It’s a question that every expatriate has to answer for him- or herself. It’s also a question to which we may answer in different ways at different periods of our lives. And today I would like to reflect on that question, and to share with you what my answer to that question is. To be honest, answering this question this in public is going to be difficult to me. We all know one of the biggest problems of being an expatriate: your family stays behind. Naturally, from the perspective of my family, I am German. I have their blood, after all. And, of course, they want me to be in Germany. From their perspective, it has no benefits for them if I am far away. It’s just difficult. And I understand that. What makes it even worse is that when I visited Germany last winter, it was rough for them to see that I couldn’t even understand German comedy anymore. I understood the words, but I didn’t understand the context. That’s how out of touch I have become with my country of origin. Does it come to a big surprise though? Well, not for me. I have spent my whole adult life abroad, after all.
The answer to that question depends on your individual circumstances
You have to understand my plans for the future, to understand my answer to that question. My plan is that every four to five years, I move on to another country. I want to learn as much about the world as possible, and I want to be able to see the world from as many perspectives as I possibly can. Ultimately, the idea is to integrate as many cultures inty my own identity as possible. To become a real ‘cultural hybrid’, so to speak. With that, I would like to help bring people from different cultural backgrounds together, and to make them work together in harmony. That is my dream.
Now, my parents do not really know of this dream. And so I believe it is time to let them know. I know it will be hard for them to digest, but sooner or later it has to be done. What is important to note here is that I am not doing this because I want to ‘run away’ from Germany, or from anyone in Germany. No. I am just following my dreams, and my dreams lie outside Germany. I simply can’t do what I want to do in Germany. And so, in my case, I see my family and my ‘nation’ as seperate, although under normal circumstances they are intrinsically linked. So what is my answer to the question?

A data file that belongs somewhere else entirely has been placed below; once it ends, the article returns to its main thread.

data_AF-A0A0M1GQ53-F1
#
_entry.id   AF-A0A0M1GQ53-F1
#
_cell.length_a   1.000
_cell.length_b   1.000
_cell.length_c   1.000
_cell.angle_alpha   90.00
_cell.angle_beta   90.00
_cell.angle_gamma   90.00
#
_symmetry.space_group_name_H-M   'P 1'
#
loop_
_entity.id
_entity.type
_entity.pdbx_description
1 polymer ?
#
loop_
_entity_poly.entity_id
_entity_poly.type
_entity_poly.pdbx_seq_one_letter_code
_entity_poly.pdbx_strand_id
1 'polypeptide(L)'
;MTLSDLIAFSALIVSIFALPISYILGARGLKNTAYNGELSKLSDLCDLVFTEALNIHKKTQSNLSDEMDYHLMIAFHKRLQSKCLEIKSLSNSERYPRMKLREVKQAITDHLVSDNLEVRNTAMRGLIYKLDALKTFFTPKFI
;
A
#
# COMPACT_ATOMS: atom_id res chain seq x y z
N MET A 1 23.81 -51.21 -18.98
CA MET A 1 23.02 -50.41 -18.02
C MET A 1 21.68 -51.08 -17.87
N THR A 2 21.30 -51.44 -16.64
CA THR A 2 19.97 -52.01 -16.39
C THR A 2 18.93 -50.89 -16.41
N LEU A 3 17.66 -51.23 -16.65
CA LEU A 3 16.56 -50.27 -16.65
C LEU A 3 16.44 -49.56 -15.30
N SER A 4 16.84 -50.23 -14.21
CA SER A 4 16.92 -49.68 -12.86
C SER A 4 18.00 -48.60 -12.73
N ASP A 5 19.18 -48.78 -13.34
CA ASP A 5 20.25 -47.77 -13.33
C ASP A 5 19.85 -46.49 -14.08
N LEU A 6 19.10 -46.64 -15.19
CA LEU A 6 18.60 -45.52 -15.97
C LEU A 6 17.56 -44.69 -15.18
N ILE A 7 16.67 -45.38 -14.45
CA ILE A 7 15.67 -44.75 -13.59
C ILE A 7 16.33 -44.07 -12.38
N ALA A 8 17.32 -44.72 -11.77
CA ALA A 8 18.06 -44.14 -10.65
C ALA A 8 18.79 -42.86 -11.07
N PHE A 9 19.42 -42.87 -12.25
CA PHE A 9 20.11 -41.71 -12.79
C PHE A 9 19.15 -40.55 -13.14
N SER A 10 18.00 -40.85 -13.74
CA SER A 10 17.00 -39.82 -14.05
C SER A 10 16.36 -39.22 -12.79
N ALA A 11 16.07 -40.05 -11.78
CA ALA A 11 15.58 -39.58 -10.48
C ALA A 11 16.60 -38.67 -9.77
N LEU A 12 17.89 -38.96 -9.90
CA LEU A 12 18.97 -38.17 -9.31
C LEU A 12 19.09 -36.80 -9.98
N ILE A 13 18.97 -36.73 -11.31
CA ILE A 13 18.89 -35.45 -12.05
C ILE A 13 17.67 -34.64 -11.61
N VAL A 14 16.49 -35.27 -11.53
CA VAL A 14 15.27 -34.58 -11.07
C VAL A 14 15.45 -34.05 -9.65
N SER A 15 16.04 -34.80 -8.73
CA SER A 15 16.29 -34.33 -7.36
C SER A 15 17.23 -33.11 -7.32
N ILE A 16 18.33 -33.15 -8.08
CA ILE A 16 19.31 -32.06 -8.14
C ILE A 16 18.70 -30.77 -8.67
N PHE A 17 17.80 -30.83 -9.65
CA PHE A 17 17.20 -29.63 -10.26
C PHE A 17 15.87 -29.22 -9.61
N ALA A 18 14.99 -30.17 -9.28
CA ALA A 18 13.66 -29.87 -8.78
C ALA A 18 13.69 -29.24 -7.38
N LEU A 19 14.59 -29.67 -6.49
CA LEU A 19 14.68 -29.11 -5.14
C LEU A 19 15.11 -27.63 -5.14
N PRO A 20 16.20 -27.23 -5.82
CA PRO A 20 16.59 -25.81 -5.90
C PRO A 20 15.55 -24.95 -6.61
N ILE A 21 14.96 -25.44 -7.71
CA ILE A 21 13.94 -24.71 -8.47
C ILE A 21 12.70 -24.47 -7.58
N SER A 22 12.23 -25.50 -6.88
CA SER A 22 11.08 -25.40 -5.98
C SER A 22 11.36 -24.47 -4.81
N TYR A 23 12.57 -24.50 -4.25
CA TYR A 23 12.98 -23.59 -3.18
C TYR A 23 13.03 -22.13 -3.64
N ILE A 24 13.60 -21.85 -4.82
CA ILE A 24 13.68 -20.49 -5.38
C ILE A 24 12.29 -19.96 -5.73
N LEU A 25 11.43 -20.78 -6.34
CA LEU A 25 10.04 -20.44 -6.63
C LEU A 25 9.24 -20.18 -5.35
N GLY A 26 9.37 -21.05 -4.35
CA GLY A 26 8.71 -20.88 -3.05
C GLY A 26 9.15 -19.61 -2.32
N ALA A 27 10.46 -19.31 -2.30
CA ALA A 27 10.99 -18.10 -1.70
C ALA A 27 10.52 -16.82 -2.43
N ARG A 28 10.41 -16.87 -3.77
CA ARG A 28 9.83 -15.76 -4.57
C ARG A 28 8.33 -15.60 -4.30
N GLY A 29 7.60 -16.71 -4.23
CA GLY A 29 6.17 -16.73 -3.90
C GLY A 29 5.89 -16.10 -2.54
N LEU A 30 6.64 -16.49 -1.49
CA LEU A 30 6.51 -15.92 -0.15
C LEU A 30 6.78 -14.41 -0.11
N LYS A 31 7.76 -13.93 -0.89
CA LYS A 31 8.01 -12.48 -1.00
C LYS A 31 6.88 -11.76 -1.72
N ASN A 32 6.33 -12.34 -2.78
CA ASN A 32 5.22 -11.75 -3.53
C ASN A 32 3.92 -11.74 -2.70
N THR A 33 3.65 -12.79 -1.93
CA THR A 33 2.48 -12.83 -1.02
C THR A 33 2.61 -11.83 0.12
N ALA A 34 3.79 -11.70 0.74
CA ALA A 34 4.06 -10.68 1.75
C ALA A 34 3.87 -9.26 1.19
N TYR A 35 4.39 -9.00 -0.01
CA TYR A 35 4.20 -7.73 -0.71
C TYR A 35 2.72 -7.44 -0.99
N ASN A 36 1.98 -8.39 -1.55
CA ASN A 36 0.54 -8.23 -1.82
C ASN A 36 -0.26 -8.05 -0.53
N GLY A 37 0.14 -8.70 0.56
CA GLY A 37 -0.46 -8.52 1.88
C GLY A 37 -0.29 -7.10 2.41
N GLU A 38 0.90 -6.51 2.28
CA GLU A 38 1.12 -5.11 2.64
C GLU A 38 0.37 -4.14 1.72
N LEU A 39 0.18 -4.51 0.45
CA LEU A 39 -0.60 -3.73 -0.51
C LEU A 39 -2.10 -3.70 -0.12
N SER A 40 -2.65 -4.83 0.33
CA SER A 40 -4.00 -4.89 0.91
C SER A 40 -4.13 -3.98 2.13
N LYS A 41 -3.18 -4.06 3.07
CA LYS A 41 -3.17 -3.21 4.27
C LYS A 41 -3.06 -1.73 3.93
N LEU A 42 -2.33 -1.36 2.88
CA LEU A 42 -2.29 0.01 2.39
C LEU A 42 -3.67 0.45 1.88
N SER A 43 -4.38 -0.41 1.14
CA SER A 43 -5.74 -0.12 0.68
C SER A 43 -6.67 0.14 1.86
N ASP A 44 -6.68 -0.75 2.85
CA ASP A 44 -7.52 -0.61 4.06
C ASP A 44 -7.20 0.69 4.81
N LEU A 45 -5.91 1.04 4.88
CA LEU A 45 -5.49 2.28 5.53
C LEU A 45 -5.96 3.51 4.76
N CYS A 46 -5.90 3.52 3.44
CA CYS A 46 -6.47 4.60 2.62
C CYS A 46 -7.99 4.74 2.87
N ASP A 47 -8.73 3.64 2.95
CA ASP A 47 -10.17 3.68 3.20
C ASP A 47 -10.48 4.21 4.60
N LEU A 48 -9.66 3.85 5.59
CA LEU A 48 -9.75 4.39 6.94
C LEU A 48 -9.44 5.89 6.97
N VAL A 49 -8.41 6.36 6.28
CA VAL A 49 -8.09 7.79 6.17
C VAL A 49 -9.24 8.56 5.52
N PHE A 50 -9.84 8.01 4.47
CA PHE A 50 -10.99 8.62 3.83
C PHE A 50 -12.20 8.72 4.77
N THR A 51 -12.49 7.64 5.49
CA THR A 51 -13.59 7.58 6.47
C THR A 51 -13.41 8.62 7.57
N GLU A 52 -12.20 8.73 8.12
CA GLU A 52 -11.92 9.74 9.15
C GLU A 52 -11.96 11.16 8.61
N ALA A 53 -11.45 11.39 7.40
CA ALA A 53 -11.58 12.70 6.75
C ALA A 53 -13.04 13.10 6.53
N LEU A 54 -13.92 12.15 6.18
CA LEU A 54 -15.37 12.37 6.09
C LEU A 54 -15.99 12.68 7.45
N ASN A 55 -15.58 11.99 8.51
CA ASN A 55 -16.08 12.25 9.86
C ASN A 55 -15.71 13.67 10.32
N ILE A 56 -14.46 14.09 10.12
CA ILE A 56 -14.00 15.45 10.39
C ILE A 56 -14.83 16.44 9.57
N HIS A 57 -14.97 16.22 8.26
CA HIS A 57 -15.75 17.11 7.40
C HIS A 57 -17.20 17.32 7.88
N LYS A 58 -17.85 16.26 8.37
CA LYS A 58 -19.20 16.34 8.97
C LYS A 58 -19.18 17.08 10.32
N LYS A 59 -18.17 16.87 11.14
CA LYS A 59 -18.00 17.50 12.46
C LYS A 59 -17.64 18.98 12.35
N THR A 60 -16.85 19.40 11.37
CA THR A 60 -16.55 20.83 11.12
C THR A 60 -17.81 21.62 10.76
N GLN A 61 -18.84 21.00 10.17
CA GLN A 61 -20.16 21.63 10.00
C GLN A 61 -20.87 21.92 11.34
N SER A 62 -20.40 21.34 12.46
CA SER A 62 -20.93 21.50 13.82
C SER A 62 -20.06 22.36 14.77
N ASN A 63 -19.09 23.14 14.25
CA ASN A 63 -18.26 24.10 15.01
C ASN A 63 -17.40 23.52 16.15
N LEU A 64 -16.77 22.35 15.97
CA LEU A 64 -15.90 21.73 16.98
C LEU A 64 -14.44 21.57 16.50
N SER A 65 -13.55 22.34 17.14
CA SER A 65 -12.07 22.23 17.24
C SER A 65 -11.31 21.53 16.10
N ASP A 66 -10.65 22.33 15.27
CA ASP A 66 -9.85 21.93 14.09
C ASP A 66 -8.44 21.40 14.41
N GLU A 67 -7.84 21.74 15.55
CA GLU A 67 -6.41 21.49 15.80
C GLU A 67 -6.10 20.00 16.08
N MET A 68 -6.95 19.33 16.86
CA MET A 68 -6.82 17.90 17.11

Home is, whereever I am right now.
Right now, home is in Australia. Next year it may be in Iran, or China. I really don’t know where I’m going to be. But either way, that is the answer. It solves a big problem that every expatriat is facing, because it makes it possible for me to feel at home, to feel like I belong, whereever I go. And, like I pointed out in my previous article, a sense of belonging is very, very important. If you don’t feel like you belong, it is only a matter of time until you withdraw, feel sad, and ultimately look for another group you can belong to. The result, for most expatriates, is that they stay within the ‘international’ community, or within the safe heaven of their own ‘diaspora’.
That is why it’s so important for governments to create an environment which allows foreigners to belong, and the same goes for companies which employ expatriates. Make sure that they don’t feel like outsiders!
At the same time, my family will always be home
While I may not feel at home at the place, my family will always be home. And I will always come back to Germany to visit them. Ultimately, I believe, it is important to find ways to regularly go back and visit. Of course that costs money, and time. But it’s important. And, guys, if you take away only one thing from this article, I want it to be this: if you adapt to the local culture of the country you move to, it doesn’t mean that you are loosing your roots. It doesn’t mean that you are not true to who you are. When I say that I want to ‘become Australian’, I am not saying that I cease to be German. I will be a mix of both (hopefully taking the good qualities of each). And now, I want you to think about this question. Where is home for you? Write it in the comments!